Ageing naturally

Growing old as a member of an eco-village has its perks, writes Findhorn resident Rhiannon Hanfman.

Following on with the theme of the ageing population of Findhorn and (everywhere else, really) I would like to approach it from the perspective of one of 60s generation who is now in her sixties. Since it was we who instigated the cult of youth and coined the phrase ‘don’t trust anyone over thirty’, we can hardly complain if there are those who now feel that there are way too many old people around, and that this is somehow a bad thing. It is the natural order of things that the old make way for the young, who in turn will become old and make way for the next generation. What is different now, however, is the timing of it. People are living longer and staying active longer.

Is this a bad thing? Perhaps, if you are young and want to find your place in a world full of oldies who won’t get out of the way.

Over that past two decades I have seen the demographic pattern change in accordance with the state of the community. When the community was young, most of the people were in their twenties and single. They were enthusiastic and energetic. They didn’t mind roughing it or sleeping six to a caravan because, hey, they were building the new age and having a ball doing it. Most didn’t stay long and moved on. Those that did aged along with the community.

When I arrived in the 80s I, like almost everyone else, was in my forties. There were a handful of older people, a few young people and even families with young children. We bemoaned the fact that we were a middle-aged community, and even worse, that there were hardly any men. I would say that no more than 20 – 30 per cent of the population was male. It seemed at the time that men weren’t that interested in spiritual journeys and self-exploration. The focus of the community at that time was personal growth, which appealed predominantly to forty-something women.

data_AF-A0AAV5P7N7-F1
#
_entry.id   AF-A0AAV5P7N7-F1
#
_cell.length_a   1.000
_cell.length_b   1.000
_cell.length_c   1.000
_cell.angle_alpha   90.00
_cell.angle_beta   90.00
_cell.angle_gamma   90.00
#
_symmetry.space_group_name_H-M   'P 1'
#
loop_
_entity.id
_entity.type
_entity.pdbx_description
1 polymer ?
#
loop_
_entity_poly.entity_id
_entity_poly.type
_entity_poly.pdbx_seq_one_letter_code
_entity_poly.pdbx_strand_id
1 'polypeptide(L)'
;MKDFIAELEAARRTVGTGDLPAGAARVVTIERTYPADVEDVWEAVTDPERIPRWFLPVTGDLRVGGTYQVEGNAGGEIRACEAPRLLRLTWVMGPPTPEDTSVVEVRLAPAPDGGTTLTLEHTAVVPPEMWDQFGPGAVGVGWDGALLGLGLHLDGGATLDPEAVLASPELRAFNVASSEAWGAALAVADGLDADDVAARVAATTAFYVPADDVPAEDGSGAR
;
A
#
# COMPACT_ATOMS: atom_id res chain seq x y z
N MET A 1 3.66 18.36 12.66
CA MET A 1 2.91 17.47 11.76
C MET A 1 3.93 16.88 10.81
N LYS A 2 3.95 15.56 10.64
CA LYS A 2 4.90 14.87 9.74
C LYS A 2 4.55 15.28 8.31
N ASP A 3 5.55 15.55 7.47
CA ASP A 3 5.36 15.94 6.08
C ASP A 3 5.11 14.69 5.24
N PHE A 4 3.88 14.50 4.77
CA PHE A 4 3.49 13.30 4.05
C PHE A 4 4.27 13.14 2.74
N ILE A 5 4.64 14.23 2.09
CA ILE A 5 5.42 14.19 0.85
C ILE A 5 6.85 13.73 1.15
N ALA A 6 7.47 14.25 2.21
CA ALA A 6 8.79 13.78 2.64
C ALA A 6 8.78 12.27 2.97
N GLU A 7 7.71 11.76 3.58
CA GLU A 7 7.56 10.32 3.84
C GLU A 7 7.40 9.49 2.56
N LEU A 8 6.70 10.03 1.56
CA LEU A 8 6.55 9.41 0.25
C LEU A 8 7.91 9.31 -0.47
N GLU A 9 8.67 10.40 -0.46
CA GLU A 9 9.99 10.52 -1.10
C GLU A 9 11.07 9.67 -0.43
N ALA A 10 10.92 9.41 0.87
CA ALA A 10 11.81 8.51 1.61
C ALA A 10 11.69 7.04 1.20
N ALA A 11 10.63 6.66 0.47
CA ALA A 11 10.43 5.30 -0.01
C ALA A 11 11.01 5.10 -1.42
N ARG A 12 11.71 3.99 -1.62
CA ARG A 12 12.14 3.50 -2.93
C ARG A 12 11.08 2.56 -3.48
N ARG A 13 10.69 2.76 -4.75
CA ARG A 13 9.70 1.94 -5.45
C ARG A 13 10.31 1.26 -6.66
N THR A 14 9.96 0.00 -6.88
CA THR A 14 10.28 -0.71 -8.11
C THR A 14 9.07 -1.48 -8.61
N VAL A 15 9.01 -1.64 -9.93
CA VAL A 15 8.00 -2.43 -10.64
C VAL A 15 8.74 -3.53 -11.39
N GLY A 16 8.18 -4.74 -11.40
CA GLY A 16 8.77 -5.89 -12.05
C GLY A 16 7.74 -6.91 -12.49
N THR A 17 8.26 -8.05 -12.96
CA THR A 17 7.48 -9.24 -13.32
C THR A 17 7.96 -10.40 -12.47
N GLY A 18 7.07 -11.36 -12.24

In 1990 I left for five years. When I returned things had changed enormously for the better. The energy had shifted to environmental concerns like building energy-efficient housing and creating the eco-village. Whereas when I left there had only been the Foundation, there was now a vibrant outer community surrounding it. The boundaries were dissolving as people who shared the Findhorn ethic but didn’t want to join the Foundation arrived. They created their own projects and businesses. As a result, there were more men, more young people and more families. The demographic is now far more normal, but there is still the issue of a large ageing population here as elsewhere. We have to get used to it and begin to see it as an asset rather than a problem. Believe it or not, the old do have something to offer.

We all have to get old somewhere, and some of us are doing it at Findhorn. It’s an excellent place for that, and the reason is that age doesn’t matter. In all my time here it has never been an issue in the friendships I have formed or the work I have done. For example, I designed the Foundation brochure for four years. I was sixty-two when I got the job, although nobody asked. Would I have obtained a job in graphic design, a field that is dominated by the young, in the ‘real’ world? I doubt it. And where else would I be invited to a 30th birthday party and seriously be expected to come?